No mobile intensive care paramedic, licensed physician, hospital or its board of trustees, officers and members of the medical staff, nurses or other employees of the hospital, first aid, ambulance or rescue squad, or officers and members of a rescue squad shall be liable for any civil damages as the result of an act or the omission of an act committed while in training for or in the rendering of advanced life support services in good faith and in accordance with this act. [N.J.S.A. 26:2K-14.]
The term "advanced life support services" is defined in the Act as meaning:
[A]n advanced level of pre-hospital, inter-hospital, and emergency service care which includes basic life support functions, cardiac monitoring, cardiac defibrillation, telemetered electrocardiography, administration of anti-arrhythmic agents, intravenous therapy, administration of specific medications, drugs and solutions, use of adjunctive ventilation devices, trauma care and other techniques and procedures authorized in writing by the commissioner[.] [N.J.S.A. 26:2K-7a.]
Although plaintiffs acknowledged at the time of oral argument that the paramedics' actions in administering oxygen to Jaziyah during transport fell within the definition of advanced life support services under the statute, plaintiffs maintain that the University Hospital defendants had failed to establish that such services were provided in "good faith" as that term is used in the statute. The trial judge disagreed, and so do we.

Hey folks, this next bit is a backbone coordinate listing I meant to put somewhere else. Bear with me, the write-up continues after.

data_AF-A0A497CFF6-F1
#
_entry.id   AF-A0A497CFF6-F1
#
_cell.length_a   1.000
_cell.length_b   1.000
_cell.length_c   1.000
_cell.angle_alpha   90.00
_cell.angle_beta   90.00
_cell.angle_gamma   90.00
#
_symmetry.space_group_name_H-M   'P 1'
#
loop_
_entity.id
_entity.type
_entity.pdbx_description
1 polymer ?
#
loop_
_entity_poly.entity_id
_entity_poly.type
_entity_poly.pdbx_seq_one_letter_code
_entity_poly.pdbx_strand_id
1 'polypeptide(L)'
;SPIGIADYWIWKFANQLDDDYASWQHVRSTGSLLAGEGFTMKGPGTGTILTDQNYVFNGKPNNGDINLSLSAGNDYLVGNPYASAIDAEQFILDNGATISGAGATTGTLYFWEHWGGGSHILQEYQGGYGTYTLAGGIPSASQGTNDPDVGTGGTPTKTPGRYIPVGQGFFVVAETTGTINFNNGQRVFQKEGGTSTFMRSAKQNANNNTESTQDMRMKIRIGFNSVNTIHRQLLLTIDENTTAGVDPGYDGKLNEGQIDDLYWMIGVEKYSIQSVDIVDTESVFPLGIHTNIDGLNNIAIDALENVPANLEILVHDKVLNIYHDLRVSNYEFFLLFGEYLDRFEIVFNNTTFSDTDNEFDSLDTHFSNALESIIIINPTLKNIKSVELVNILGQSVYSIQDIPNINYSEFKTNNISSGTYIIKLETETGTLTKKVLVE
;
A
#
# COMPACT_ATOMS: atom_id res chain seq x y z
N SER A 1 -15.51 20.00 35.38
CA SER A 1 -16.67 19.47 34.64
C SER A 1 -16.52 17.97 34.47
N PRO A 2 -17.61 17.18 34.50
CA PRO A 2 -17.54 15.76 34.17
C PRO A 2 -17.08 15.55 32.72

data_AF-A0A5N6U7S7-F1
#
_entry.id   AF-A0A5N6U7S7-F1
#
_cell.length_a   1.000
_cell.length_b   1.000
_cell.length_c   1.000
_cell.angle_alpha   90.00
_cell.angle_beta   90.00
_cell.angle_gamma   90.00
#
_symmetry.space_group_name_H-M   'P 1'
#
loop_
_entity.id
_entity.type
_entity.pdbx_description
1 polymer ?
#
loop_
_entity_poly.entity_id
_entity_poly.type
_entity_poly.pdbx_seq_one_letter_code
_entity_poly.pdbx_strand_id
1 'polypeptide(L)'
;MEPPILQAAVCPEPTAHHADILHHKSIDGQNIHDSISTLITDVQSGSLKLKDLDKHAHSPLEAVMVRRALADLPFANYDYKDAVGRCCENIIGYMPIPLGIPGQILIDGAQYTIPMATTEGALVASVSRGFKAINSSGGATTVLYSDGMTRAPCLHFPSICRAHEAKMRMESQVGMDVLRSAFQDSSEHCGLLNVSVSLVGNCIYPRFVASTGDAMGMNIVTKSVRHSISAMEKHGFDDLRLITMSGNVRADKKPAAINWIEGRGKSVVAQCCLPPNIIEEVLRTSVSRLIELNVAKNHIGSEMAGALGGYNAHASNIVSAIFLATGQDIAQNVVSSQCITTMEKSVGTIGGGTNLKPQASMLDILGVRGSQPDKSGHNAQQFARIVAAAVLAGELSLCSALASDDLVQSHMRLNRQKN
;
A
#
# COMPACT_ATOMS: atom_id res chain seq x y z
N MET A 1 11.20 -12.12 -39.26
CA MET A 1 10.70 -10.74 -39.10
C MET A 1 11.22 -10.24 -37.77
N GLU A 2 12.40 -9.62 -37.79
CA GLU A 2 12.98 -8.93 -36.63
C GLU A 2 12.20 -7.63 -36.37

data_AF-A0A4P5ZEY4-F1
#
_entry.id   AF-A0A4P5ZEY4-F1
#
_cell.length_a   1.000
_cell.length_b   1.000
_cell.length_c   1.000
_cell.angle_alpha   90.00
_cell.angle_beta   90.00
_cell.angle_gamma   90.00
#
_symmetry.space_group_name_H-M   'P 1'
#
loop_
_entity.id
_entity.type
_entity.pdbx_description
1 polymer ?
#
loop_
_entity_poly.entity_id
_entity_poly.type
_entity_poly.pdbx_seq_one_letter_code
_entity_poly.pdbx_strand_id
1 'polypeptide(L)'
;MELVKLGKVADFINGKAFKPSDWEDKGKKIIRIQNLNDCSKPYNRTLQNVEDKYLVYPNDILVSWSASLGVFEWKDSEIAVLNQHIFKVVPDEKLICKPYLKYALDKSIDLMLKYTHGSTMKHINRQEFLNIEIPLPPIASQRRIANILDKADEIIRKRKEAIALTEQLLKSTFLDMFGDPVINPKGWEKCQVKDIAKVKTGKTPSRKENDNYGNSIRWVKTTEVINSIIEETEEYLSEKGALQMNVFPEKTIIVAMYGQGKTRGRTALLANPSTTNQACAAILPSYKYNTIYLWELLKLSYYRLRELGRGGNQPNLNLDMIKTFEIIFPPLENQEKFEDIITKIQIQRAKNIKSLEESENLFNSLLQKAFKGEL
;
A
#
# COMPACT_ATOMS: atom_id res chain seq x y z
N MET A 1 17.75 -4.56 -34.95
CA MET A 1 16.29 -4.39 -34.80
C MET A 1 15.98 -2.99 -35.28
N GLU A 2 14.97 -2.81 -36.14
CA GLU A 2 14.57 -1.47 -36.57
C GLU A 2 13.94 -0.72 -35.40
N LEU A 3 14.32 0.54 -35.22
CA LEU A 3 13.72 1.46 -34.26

Good faith has been defined as honesty of purpose and integrity of conduct without knowledge, either actual or sufficient to demand inquiry, that the conduct is wrong. The issue of whether a person acted in good faith is often a question of fact which should be decided at a plenary hearing. Summary judgment, however, is appropriate when the employee demonstrates that his/her actions were objectively reasonable or that [he] performed them with subjective good faith. This test recognizes that even a person who acted negligently is entitled to a qualified immunity, if he acted in an objectively reasonable manner. [Frields, supra, 305 N.J. Super. at 248 (internal quotations and citations omitted).]
We have considered plaintiffs' last argument against the aforementioned legal principles and conclude, as in Frields, that although plaintiffs may have stated a claim for paramedic negligence, that negligence does not strip the paramedics of their statutory immunity. Ibid. Accordingly, we affirm.